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INSIGHTS & RESOURCES
April 05, 2022
Market Outlook 1Q Review 2022
First Quarter Summary
Stocks fell during the first quarter resulting in the first correction since 2020Q1, the time frame near the commencement of the COVID-19 pandemic. The peak to trough intra-quarter drop for the S&P 500 was 14.5%, but stocks rallied in March to trim the quarterly losses to 4.6%. The catalysts for the market decline were soaring inflation, a more hawkish Federal Reserve, and Russia’s invasion of Ukraine. While stock market investors were licking their wounds, bonds suffered losses of epic proportions, at least for investment grade bonds. The benchmark Bloomberg Barclays Aggregate Index fell 5.9% in Q1, its largest quarterly drop in more than 40 years (1980Q2).
We recognize and are saddened by the ongoing humanitarian tragedy in Ukraine and wish for peace. From an economic standpoint the main impact of the war is on rising commodity inflation, especially in those areas (e.g., Oil, Natural Gas, Fertilizer, Titanium, etc.) where Russia has historically been a large exporter. Longer term, our view is that we are in Cold War II with a retrenchment in the globalization trends that have characterized the past 40+ years. China’s economic rise and Russia’s aggression, combined with political and value systems far different from those in the West, create a new investment climate that deserves careful consideration as we construct client portfolios in the days and months ahead.
The Federal Reserve raised interest rates 0.25% in March for the first time since the pandemic forced them to slash short-term interest rates to 0%. Judging from the Fed’s comments, several more rate hikes loom on the horizon, starting with the expectation of another 0.5% hike after their May meeting. The Fed is grappling with an inflation problem, with the CPI inflation rate running at a 40-year high of roughly 8%. The market’s expectations of further rate hikes have resulted in an inverted yield curve, often a harbinger of a future recession. However, the inversion is very modest and a near term recession is unlikely. Historically, it takes about a year and a half, on average, for a recession to occur after the initial inversion.
Circling back to the bond market, the news may not be as bad as it appears on the surface, at least for Beacon clients. For years we have tilted our fixed income portfolios towards short duration, investment grade bonds. These bonds fared far better than the Barclays Aggregate figure cited above. In addition, as bonds mature and coupons are received, these cash flows will be reinvested at higher rates, offering the prospect that losses will be trimmed as the year unfolds.
We continue to believe that 2022 will be a year of consolidation for stocks, with modest return expectations, on the heels of three exceptional years for equities. Surging inflation is clearly sapping consumer purchasing power, with 2022Q1 GDP expected to show less than 2% growth. Despite the prospect of somewhat tepid returns for equities, we still prefer them over fixed income assets due to what is likely a secular rise in interest rates. The war in Ukraine and somewhat elevated valuations result in further headwinds for equities. Smart stock picking and our risk controlled strategies, which use options to enhance returns, may further improve performance amidst a sluggish environment.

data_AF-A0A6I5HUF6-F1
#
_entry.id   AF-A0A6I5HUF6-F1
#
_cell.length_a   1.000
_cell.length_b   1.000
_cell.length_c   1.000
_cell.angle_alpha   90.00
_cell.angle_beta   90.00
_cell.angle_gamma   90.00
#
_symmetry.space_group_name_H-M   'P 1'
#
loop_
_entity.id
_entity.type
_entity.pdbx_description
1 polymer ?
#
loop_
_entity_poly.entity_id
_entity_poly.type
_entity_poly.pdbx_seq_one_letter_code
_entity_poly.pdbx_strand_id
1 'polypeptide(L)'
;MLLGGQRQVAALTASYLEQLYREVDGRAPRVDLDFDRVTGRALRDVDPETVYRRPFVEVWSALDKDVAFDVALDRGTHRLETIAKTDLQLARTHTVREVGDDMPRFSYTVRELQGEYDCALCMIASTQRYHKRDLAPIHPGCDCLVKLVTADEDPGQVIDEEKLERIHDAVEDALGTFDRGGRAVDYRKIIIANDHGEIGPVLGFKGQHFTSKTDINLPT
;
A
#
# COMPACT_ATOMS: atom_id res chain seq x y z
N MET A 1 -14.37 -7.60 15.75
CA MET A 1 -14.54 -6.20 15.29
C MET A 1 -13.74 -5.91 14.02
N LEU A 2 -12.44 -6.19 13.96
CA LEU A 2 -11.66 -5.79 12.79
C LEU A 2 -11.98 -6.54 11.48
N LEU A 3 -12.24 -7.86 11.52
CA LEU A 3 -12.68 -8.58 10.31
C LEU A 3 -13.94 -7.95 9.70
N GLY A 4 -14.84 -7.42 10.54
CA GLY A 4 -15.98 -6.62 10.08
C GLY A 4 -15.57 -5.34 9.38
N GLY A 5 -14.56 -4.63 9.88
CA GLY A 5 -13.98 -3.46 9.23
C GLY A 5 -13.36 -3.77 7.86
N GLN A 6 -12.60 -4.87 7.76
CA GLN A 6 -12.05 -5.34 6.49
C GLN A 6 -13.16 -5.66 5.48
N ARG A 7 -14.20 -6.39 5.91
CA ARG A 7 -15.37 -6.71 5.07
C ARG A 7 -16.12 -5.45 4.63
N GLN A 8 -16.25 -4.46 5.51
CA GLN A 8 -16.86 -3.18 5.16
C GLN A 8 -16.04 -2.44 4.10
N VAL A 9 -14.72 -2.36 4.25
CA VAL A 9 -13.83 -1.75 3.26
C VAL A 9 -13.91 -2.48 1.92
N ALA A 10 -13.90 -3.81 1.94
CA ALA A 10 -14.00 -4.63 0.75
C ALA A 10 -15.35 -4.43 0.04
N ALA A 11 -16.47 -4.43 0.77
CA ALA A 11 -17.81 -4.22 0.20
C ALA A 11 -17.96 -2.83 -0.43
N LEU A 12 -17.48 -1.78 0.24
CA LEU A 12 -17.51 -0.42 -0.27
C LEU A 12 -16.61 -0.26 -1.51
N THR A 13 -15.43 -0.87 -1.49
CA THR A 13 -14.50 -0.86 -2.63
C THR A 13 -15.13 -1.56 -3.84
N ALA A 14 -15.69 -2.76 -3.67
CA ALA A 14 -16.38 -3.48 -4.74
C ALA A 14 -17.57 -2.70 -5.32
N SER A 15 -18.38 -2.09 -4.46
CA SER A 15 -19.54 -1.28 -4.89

The direction of future Federal Reserve strategy is clear – a tightening of monetary policy. The Fed has a dual mandate, which consists of contained inflation (i.e., in the neighborhood of 2%) and full employment (i.e., in the ballpark of 3%-4%). The Fed has failed in its first objective with the highest inflation rates in decades, but gets high marks for its policies in addressing job growth. Hence, we believe the Fed’s hands will be forced to raise interest rates until inflation gets somewhat under control. Futures markets are estimating short-term interest rates will be 2.75% by the end of the year. In our view, longer-term interest rates will also drift upward. The benchmark 10-Year Treasury Note is currently yielding 2.6% and we expect it to approach and perhaps exceed 3% over the course of the year. The Fed also has the challenging task of shrinking its enormous $9 trillion balance sheet as another tool to control inflation. It is unlikely to reinvest the maturing coupon and principal repayments from their portfolio and more likely to let maturing bond holdings run off the balance sheet. We await further guidance of the Fed’s plan to shrink its balance sheet beyond these simple measures after its May meeting.
Clearly, the war between Russia and Ukraine dominates the geopolitical headlines and remains a major risk for financial assets. Although we hope for peace, we cannot completely rule out the risk that we are near the beginning of World War III, in light of the atrocious war crimes that appear to have been committed. U.S. and China relations remain frosty, with China refusing to condemn Russia’s invasion of Ukraine. China’s growth is an important source of earnings for many global companies and the prospect of U.S. sanctions on Chinese companies that are doing business with Russia further complicates the global recovery. North Korea, a wildcard country with a reported nuclear arsenal, upped the geopolitical risk ante by launching its first intercontinental ballistic missile since 2017. Among the risks at home include the likelihood of higher corporate and individual taxes which may further crimp economic growth.
John M. Longo, PhD, CFA
Chief Investment Officer, Portfolio Manager